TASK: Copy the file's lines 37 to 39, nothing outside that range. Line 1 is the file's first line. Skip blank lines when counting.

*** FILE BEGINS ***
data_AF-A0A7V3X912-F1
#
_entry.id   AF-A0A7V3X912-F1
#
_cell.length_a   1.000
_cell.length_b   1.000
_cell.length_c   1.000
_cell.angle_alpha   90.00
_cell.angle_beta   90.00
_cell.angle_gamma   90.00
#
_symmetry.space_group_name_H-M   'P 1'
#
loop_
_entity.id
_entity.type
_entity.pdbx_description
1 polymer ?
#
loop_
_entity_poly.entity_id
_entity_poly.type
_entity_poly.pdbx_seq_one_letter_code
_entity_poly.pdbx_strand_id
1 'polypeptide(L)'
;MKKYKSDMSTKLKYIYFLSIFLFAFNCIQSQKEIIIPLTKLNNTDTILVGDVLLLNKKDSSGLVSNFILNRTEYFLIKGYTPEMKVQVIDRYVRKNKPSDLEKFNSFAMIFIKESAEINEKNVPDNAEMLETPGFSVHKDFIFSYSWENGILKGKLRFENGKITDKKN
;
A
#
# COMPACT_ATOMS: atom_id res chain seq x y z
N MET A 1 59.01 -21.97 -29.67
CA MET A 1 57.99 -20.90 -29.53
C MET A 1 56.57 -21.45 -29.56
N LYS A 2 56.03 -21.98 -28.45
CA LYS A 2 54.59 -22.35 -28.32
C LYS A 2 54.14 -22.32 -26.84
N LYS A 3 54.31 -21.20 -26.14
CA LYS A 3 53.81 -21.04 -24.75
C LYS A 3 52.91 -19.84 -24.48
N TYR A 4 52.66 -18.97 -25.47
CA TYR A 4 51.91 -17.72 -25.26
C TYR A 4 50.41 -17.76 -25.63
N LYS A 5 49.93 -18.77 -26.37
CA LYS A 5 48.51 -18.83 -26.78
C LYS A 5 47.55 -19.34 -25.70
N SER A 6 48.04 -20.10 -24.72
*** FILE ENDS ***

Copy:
N LYS A 3 54.31 -21.20 -26.14
CA LYS A 3 53.81 -21.04 -24.75
C LYS A 3 52.91 -19.84 -24.48